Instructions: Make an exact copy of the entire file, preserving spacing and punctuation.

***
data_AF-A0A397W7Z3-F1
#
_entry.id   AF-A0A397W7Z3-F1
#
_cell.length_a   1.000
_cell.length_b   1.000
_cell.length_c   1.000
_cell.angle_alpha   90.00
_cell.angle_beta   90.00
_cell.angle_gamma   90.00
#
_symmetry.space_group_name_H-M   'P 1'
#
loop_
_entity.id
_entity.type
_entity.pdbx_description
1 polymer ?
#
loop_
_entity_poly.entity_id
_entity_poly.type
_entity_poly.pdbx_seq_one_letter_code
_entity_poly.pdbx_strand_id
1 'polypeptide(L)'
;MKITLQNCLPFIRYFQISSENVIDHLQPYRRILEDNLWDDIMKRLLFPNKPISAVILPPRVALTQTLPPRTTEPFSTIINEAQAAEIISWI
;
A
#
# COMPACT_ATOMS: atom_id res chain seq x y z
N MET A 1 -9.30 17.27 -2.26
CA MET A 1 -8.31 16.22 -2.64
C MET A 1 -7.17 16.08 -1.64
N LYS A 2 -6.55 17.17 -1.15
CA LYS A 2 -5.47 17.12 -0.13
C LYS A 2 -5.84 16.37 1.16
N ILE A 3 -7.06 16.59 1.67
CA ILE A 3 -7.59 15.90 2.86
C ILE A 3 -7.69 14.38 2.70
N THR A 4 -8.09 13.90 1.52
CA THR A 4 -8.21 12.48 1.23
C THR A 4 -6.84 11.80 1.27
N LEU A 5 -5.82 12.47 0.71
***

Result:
data_AF-A0A397W7Z3-F1
#
_entry.id   AF-A0A397W7Z3-F1
#
_cell.length_a   1.000
_cell.length_b   1.000
_cell.length_c   1.000
_cell.angle_alpha   90.00
_cell.angle_beta   90.00
_cell.angle_gamma   90.00
#
_symmetry.space_group_name_H-M   'P 1'
#
loop_
_entity.id
_entity.type
_entity.pdbx_description
1 polymer ?
#
loop_
_entity_poly.entity_id
_entity_poly.type
_entity_poly.pdbx_seq_one_letter_code
_entity_poly.pdbx_strand_id
1 'polypeptide(L)'
;MKITLQNCLPFIRYFQISSENVIDHLQPYRRILEDNLWDDIMKRLLFPNKPISAVILPPRVALTQTLPPRTTEPFSTIINEAQAAEIISWI
;
A
#
# COMPACT_ATOMS: atom_id res chain seq x y z
N MET A 1 -9.30 17.27 -2.26
CA MET A 1 -8.31 16.22 -2.64
C MET A 1 -7.17 16.08 -1.64
N LYS A 2 -6.55 17.17 -1.15
CA LYS A 2 -5.47 17.12 -0.13
C LYS A 2 -5.84 16.37 1.16
N ILE A 3 -7.06 16.59 1.67
CA ILE A 3 -7.59 15.90 2.86
C ILE A 3 -7.69 14.38 2.70
N THR A 4 -8.09 13.90 1.52
CA THR A 4 -8.21 12.48 1.23
C THR A 4 -6.84 11.80 1.27
N LEU A 5 -5.82 12.47 0.71